Helen Keller's revelation at the well is a dramatic glimpse into the startling jump of the mind that occurs between stage one and stages two. We know from her amazing story that Keller proceeds from the early revelation to construct in her mind a universe of names, roles, relationships, purposes, and frames of reference which enable her to lead a productive if not remarkable life despite her profound disability.

At the well, Keller rushes around after the initial recognition of the name for water seeking the names for everything else in her world. This scene mimics not only the experience of children learning language but also the lifelong process of all humans as insight piles on insight and our intelligent grasp of the world enlarges. At stage two, insights accumulate and are refined by further insights. In turn, these insights cluster to form ideas, laws, perspectives, and frameworks of meaning.

In the practical sphere of human existence we relate all things that we know to ourselves. Our aim is quite simple. We strive to understand the world around us and to find our rightful place in it. Intelligence at the second cognitive stage consists of five essential clusters of meaning. These clusters of meaning or insight are:

  • meaningful language;
  • meaningful work, skills, and technology;
  • meaningful social relations;
  • meaningful communication;
  • meaningful spiritual perspectives.

Language is the first cluster of meaning. By it we name and organize our personal existence and the world in general. Signs, symbols, words, sentences, and concepts convey language. From the pure symbolic logic of math to the ambiguous idiosyncrasies of poetry; from the crude jabbering of infants to the subtle essays of master scientists; from quaint aphorisms to labyrinthine sophistries; language enables us to create richly latticed frameworks of meaning which shape and determine every aspect of human culture and personal expression.

A second and related cluster of meaning deals with our work and the technologies with which we accomplish the world's business. Our labors and the fruits of our labors are deliberate social activities. Everywhere one can see the evidence of our planned and intentional efforts to subdue the earth and build systems of production. We construct roads and on them travel from place to place transporting goods and services. We plow the fields to grow food, mine the earth's resources to exploit their wealth, and devise ingenious ways to transmit messages across space. Our cities bear the imprint of our designs. They are complex crossroads of our making where industry, commerce, communications, and transportation work in concert to deliver the goods that sustain us, shelter us, entertain us, and enlighten us. Every person's work is his/her contribution to this vast efficiency.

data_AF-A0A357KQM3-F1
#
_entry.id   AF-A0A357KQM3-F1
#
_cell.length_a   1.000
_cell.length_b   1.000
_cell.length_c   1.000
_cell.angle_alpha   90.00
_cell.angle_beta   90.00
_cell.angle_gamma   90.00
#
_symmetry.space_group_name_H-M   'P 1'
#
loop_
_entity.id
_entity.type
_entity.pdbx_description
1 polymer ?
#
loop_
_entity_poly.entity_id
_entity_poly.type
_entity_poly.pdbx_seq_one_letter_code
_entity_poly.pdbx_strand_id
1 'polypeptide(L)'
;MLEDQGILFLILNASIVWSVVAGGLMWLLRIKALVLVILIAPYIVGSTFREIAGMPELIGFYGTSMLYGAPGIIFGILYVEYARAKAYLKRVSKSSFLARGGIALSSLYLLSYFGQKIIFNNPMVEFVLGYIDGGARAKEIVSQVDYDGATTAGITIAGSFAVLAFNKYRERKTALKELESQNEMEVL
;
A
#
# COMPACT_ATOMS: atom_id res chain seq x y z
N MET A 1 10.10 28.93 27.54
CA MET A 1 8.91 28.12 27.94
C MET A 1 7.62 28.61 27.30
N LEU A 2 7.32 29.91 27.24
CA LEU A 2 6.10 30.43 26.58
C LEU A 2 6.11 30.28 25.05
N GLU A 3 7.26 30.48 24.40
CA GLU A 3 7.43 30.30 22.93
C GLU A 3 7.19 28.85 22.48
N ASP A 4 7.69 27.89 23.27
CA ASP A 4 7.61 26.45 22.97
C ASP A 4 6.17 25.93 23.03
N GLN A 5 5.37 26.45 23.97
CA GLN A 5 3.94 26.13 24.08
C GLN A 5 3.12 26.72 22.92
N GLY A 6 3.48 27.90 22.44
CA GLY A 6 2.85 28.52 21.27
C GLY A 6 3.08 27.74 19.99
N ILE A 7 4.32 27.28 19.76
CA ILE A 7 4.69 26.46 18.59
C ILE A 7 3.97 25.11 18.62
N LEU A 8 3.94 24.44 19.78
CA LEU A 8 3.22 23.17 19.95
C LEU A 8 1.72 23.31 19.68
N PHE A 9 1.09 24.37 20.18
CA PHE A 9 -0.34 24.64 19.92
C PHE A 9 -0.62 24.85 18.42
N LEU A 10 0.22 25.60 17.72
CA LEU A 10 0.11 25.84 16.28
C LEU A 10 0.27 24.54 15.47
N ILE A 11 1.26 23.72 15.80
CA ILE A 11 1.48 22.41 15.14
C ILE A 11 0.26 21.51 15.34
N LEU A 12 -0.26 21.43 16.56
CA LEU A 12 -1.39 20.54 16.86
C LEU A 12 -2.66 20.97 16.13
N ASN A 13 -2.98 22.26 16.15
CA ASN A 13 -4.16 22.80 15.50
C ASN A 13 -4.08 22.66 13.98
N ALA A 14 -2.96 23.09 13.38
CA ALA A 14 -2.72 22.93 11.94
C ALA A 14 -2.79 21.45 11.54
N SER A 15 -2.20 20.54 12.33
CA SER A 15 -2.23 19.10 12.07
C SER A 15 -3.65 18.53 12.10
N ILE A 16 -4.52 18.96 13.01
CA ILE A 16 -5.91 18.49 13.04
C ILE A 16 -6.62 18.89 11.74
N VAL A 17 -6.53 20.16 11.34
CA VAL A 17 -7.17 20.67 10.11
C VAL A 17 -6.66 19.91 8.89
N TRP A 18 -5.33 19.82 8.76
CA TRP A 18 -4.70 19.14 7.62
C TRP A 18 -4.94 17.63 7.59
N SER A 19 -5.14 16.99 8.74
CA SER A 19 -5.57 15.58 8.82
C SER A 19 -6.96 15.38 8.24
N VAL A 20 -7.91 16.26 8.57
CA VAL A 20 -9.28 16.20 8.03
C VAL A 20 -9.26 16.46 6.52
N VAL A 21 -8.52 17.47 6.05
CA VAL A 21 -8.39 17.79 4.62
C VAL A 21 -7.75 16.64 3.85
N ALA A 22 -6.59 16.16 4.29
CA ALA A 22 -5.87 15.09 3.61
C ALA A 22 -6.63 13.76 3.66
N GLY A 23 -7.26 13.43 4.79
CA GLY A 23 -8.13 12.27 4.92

Social meaning gives us a third cluster of insights. Just as language and our work bear meaning so too do our social institutions which knit our societies together. The family, church, civic club, school, and government all embody the various sets of ideas that constitute our shared social contract. These institutions preserve and manifest the meaningful ideas that make our common life practical, humane, efficient, and tolerable if not enjoyable.

A fourth arena of meaning involves our communication. The art and the act of communication by speech, literature, symbolism, and ritual are the shuttle-buses of all other aspects of our meaningful existence as human beings. Through communication we send and receive messages about all dimensions of life about the meaning of personal experience, the purposes and means of work, and the shared joys and obligations of society.

One final cluster of meaning has to do with the ultimate purposes and patterns of our spiritual life. This is, in the words of one writer, the sacred canopy beneath which we experience the answers to life's ultimate questions and final dimensions. Symbols and ideas explore the depths of our capacity for good and evil. Sacred responsibility and unconditioned obligation define our relationship to God.

These five broad clusters of meaning constitute the immense context of our second cognitive level called understanding. In the course of a lifetime our minds will fashion an ever-changing tapestry of ideas, insights, and meanings that are uniquely ours. One important strand in this tapestry is what we have called philanthropic intelligence. Philanthropy is a kind of moral and eminently practical intelligence that defines our inescapable solidarity with and obligation to all human beings.